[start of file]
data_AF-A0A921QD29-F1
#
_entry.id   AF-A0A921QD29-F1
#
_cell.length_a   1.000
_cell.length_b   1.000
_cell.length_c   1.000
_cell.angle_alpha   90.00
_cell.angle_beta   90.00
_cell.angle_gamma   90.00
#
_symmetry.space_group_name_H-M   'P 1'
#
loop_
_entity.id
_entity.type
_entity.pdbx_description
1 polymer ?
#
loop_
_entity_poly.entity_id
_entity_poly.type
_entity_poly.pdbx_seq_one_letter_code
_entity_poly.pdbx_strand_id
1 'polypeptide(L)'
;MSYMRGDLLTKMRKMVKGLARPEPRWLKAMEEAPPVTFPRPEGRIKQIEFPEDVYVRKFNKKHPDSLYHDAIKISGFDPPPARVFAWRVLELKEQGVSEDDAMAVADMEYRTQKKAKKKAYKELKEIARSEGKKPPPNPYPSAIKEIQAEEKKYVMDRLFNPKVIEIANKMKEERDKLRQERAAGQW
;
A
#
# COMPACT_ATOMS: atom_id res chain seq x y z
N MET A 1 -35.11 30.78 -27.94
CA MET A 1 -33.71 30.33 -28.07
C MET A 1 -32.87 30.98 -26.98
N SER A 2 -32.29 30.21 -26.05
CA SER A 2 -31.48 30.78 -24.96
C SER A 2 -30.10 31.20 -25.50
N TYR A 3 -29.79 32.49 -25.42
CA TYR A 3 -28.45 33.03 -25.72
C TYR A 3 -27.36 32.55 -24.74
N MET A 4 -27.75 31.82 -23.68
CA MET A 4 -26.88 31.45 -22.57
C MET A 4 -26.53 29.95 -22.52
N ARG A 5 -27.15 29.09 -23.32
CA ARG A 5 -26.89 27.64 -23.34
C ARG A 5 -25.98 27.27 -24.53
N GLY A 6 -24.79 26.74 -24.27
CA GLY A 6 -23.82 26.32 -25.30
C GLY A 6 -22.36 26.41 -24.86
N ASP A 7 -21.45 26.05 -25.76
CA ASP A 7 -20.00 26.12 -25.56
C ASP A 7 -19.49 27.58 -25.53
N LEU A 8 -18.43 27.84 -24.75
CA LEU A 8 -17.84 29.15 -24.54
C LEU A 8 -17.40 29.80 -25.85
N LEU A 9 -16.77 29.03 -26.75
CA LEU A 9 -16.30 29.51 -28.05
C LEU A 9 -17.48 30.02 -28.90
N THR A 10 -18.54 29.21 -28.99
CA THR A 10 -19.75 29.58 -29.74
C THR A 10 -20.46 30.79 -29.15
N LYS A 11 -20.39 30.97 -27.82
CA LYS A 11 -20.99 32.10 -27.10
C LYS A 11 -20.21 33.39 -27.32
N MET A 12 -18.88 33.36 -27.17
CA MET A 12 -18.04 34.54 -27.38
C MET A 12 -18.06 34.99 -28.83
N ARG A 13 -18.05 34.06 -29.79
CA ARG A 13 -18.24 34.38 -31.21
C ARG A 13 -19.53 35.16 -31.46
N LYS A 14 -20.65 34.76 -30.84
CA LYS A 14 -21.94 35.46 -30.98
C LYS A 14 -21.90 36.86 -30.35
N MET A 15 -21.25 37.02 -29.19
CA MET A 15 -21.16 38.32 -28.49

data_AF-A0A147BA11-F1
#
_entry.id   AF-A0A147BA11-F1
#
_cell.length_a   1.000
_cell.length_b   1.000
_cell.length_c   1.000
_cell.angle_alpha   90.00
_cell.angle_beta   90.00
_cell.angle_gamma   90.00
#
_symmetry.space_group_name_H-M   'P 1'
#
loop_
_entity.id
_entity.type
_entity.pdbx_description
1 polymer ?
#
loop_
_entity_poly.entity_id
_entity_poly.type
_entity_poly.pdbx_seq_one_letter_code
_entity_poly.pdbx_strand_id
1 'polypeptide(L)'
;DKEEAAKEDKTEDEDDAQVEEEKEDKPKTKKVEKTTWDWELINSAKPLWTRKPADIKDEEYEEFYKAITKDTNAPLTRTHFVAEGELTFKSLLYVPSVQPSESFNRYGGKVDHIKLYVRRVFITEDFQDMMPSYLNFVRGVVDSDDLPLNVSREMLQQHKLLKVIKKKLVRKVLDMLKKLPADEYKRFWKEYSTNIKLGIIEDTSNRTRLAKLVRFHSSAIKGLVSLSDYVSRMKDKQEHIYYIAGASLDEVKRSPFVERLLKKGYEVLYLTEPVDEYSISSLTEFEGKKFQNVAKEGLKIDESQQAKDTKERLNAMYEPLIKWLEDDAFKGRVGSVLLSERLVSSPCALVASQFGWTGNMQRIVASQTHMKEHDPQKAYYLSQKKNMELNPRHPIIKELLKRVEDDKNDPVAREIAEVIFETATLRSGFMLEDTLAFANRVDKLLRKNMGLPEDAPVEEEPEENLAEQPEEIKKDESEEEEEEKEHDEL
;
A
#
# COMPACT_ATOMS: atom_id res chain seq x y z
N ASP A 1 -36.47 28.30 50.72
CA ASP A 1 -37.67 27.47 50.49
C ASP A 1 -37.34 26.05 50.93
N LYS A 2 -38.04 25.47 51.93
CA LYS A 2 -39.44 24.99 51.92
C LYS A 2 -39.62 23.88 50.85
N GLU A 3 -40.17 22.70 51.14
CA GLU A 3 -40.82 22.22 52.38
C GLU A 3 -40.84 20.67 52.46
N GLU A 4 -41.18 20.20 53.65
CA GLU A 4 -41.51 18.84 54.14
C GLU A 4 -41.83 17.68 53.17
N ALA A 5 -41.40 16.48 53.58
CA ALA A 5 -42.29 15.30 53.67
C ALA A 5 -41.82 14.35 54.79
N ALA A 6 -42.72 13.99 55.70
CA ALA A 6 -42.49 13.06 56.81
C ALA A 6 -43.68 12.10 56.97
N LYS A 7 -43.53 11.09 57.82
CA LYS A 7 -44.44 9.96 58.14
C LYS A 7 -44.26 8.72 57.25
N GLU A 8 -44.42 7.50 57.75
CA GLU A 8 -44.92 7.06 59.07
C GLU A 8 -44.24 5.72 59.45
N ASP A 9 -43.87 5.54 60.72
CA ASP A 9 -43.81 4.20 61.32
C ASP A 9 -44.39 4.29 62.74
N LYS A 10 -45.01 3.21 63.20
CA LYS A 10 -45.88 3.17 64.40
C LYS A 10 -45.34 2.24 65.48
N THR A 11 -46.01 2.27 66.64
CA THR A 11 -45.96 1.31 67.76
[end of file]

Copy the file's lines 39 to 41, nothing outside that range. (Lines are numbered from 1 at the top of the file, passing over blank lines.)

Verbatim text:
C TYR A 3 -27.36 32.55 -24.74
N MET A 4 -27.75 31.82 -23.68
CA MET A 4 -26.88 31.45 -22.57